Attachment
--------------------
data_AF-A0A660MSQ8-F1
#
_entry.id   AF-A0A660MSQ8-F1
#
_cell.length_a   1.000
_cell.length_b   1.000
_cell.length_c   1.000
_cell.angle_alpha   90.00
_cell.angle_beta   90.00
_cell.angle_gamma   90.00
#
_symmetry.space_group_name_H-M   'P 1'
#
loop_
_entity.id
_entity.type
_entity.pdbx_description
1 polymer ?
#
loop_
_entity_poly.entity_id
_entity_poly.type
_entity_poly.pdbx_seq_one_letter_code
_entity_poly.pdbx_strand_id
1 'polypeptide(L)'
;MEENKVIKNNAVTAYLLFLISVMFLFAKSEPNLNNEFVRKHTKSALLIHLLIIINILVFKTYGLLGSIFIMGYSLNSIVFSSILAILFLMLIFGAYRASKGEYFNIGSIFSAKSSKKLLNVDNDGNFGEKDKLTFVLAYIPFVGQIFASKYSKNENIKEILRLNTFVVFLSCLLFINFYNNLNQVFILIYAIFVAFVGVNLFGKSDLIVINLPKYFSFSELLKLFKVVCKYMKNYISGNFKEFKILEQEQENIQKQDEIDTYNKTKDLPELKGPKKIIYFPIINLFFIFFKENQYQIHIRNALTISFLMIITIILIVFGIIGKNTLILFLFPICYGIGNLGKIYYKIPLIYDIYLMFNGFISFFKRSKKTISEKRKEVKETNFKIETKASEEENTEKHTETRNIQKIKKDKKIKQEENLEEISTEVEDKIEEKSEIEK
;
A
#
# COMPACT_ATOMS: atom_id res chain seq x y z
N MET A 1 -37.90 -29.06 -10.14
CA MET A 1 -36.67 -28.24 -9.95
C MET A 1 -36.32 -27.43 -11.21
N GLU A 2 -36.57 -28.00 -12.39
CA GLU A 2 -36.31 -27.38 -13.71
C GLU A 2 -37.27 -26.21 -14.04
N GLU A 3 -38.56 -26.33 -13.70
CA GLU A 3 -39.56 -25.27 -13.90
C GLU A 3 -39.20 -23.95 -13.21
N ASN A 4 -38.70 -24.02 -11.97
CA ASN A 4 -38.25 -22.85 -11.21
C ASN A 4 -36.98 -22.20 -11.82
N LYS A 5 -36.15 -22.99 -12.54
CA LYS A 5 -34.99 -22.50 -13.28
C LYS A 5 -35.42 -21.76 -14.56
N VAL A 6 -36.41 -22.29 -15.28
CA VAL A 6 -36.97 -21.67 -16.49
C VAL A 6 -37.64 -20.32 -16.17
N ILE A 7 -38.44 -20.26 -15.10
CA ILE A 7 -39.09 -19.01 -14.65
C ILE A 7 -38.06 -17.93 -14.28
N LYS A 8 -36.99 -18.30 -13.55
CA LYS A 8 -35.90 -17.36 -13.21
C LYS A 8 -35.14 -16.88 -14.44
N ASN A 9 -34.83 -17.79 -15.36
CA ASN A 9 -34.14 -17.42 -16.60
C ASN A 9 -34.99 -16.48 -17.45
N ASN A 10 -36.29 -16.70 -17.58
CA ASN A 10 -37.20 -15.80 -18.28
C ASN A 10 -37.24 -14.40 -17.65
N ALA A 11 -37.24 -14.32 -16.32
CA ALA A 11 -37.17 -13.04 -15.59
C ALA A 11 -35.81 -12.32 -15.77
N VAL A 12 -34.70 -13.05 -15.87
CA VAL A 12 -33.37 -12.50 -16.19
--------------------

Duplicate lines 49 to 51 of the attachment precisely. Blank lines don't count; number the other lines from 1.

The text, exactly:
N ILE A 7 -38.44 -20.26 -15.10
CA ILE A 7 -39.09 -19.01 -14.65
C ILE A 7 -38.06 -17.93 -14.28